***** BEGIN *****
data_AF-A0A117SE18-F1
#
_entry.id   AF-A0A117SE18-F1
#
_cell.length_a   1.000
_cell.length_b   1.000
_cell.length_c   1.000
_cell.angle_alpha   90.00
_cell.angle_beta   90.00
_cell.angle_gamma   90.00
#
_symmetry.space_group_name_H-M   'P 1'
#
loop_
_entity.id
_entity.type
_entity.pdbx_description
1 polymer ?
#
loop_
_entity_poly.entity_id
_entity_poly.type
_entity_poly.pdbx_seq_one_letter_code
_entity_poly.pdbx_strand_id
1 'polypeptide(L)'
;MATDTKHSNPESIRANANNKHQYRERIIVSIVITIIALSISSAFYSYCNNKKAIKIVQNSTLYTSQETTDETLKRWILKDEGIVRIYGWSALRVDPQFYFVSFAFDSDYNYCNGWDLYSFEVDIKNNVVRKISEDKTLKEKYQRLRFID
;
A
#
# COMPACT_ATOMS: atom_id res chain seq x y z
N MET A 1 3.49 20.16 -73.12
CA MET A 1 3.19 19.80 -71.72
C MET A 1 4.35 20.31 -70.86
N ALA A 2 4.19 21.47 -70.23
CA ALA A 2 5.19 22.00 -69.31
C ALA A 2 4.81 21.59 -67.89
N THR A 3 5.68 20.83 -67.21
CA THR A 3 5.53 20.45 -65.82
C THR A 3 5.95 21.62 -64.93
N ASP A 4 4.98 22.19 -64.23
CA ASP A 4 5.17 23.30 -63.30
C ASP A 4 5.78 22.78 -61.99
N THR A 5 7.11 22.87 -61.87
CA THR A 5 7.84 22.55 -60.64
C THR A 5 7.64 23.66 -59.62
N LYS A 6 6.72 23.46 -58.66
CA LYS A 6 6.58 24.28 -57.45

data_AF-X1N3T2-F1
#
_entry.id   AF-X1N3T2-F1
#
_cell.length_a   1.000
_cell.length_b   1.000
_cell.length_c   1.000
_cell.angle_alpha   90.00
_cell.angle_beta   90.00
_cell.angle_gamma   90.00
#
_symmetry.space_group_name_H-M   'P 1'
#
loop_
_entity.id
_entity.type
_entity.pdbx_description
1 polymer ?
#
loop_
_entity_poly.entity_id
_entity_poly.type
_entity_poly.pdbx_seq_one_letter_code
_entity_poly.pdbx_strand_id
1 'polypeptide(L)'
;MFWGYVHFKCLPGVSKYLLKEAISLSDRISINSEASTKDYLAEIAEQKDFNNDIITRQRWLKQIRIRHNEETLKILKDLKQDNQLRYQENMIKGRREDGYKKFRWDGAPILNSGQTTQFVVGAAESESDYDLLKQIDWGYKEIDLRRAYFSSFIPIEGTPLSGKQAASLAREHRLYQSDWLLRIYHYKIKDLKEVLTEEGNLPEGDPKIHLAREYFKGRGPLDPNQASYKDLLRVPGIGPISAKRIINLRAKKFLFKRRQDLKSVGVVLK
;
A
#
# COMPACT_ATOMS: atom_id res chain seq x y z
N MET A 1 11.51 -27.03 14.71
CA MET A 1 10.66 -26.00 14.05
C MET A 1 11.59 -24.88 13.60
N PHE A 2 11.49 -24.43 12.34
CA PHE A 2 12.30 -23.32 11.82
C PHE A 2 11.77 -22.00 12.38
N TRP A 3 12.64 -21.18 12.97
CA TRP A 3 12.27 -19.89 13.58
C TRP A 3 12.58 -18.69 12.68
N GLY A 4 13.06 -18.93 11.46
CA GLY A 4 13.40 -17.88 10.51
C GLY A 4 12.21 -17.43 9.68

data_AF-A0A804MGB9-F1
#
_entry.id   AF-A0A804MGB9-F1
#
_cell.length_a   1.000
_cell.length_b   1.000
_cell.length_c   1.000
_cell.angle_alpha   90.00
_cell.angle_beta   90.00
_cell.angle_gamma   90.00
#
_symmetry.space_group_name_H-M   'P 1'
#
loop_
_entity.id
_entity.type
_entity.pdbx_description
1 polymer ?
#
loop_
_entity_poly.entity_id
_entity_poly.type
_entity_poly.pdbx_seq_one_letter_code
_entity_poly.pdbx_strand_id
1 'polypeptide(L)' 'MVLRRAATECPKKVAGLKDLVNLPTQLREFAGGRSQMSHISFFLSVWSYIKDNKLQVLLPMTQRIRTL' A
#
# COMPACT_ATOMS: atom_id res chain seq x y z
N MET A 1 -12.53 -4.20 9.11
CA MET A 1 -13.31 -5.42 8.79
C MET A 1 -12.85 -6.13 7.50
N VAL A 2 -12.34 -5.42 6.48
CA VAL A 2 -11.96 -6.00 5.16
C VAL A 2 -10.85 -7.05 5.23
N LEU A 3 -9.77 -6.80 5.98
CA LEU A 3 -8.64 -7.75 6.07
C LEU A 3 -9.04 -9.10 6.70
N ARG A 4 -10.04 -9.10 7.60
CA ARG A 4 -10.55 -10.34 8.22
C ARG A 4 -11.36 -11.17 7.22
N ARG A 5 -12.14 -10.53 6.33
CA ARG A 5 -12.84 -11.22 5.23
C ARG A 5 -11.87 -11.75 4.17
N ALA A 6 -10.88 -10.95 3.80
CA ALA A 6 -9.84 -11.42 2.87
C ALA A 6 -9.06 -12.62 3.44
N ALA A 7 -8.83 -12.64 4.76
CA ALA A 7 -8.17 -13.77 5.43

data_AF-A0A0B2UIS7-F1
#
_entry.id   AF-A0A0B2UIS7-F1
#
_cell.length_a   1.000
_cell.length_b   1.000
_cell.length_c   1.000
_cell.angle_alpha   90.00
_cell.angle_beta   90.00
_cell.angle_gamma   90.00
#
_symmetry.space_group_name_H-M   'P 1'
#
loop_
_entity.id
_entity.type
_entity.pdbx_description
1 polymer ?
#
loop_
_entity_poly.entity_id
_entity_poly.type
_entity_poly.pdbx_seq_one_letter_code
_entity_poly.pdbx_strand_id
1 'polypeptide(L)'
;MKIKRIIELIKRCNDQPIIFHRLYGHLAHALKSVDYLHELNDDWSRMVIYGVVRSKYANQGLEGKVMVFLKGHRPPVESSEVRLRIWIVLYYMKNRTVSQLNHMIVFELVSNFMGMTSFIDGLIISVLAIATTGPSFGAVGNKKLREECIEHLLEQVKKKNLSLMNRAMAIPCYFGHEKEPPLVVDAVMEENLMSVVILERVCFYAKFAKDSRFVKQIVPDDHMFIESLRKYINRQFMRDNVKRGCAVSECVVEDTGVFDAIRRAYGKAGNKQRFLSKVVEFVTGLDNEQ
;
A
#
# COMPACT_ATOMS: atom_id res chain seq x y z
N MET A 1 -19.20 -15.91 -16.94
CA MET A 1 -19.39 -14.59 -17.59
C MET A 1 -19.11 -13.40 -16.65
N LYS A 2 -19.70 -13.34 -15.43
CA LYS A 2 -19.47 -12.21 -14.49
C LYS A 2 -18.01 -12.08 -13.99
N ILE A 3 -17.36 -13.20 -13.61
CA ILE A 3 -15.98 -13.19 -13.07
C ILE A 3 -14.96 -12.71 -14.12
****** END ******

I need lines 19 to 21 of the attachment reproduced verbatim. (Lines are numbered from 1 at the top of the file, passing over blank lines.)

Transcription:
#
loop_
_entity_poly.entity_id